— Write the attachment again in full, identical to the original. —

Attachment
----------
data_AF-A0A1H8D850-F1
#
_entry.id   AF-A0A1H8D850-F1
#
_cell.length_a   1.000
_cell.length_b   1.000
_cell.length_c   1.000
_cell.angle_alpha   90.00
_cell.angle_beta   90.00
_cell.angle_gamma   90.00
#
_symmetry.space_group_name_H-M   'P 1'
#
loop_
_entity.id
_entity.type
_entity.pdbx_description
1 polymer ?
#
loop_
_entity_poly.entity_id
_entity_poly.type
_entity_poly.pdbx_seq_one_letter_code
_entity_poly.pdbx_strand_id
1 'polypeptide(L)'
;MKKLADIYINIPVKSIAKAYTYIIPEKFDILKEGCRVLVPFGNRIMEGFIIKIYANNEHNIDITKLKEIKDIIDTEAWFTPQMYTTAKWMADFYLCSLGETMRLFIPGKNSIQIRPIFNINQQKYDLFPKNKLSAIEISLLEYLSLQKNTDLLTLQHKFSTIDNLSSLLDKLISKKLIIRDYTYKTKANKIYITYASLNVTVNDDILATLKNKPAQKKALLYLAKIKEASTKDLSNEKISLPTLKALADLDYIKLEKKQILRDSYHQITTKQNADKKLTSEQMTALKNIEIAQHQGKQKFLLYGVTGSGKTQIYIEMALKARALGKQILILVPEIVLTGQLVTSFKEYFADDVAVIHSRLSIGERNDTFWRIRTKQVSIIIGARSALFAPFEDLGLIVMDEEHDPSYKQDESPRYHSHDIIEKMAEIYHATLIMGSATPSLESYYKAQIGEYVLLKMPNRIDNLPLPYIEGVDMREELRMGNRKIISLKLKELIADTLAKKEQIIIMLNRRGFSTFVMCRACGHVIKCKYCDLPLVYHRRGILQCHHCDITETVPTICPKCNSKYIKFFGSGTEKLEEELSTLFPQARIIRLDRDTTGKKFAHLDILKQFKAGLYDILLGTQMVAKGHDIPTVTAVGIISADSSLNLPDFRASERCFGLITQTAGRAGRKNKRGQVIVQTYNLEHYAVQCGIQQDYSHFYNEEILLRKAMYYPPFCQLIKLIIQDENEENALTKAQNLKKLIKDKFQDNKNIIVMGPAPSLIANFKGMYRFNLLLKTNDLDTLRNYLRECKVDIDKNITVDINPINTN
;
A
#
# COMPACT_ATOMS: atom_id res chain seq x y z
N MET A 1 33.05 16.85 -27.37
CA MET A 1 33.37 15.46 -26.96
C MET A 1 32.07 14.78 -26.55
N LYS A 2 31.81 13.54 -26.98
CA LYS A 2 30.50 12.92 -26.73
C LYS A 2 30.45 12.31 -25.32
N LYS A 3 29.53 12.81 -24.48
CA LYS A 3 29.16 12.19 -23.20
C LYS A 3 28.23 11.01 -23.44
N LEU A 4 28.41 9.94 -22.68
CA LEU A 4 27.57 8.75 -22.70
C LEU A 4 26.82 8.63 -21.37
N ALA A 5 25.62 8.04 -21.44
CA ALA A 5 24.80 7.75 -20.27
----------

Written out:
data_AF-A0A1H8D850-F1
#
_entry.id   AF-A0A1H8D850-F1
#
_cell.length_a   1.000
_cell.length_b   1.000
_cell.length_c   1.000
_cell.angle_alpha   90.00
_cell.angle_beta   90.00
_cell.angle_gamma   90.00
#
_symmetry.space_group_name_H-M   'P 1'
#
loop_
_entity.id
_entity.type
_entity.pdbx_description
1 polymer ?
#
loop_
_entity_poly.entity_id
_entity_poly.type
_entity_poly.pdbx_seq_one_letter_code
_entity_poly.pdbx_strand_id
1 'polypeptide(L)'
;MKKLADIYINIPVKSIAKAYTYIIPEKFDILKEGCRVLVPFGNRIMEGFIIKIYANNEHNIDITKLKEIKDIIDTEAWFTPQMYTTAKWMADFYLCSLGETMRLFIPGKNSIQIRPIFNINQQKYDLFPKNKLSAIEISLLEYLSLQKNTDLLTLQHKFSTIDNLSSLLDKLISKKLIIRDYTYKTKANKIYITYASLNVTVNDDILATLKNKPAQKKALLYLAKIKEASTKDLSNEKISLPTLKALADLDYIKLEKKQILRDSYHQITTKQNADKKLTSEQMTALKNIEIAQHQGKQKFLLYGVTGSGKTQIYIEMALKARALGKQILILVPEIVLTGQLVTSFKEYFADDVAVIHSRLSIGERNDTFWRIRTKQVSIIIGARSALFAPFEDLGLIVMDEEHDPSYKQDESPRYHSHDIIEKMAEIYHATLIMGSATPSLESYYKAQIGEYVLLKMPNRIDNLPLPYIEGVDMREELRMGNRKIISLKLKELIADTLAKKEQIIIMLNRRGFSTFVMCRACGHVIKCKYCDLPLVYHRRGILQCHHCDITETVPTICPKCNSKYIKFFGSGTEKLEEELSTLFPQARIIRLDRDTTGKKFAHLDILKQFKAGLYDILLGTQMVAKGHDIPTVTAVGIISADSSLNLPDFRASERCFGLITQTAGRAGRKNKRGQVIVQTYNLEHYAVQCGIQQDYSHFYNEEILLRKAMYYPPFCQLIKLIIQDENEENALTKAQNLKKLIKDKFQDNKNIIVMGPAPSLIANFKGMYRFNLLLKTNDLDTLRNYLRECKVDIDKNITVDINPINTN
;
A
#
# COMPACT_ATOMS: atom_id res chain seq x y z
N MET A 1 33.05 16.85 -27.37
CA MET A 1 33.37 15.46 -26.96
C MET A 1 32.07 14.78 -26.55
N LYS A 2 31.81 13.54 -26.98
CA LYS A 2 30.50 12.92 -26.73
C LYS A 2 30.45 12.31 -25.32
N LYS A 3 29.53 12.81 -24.48
CA LYS A 3 29.16 12.19 -23.20
C LYS A 3 28.23 11.01 -23.44
N LEU A 4 28.41 9.94 -22.68
CA LEU A 4 27.57 8.75 -22.70
C LEU A 4 26.82 8.63 -21.37
N ALA A 5 25.62 8.04 -21.44
CA ALA A 5 24.80 7.75 -20.27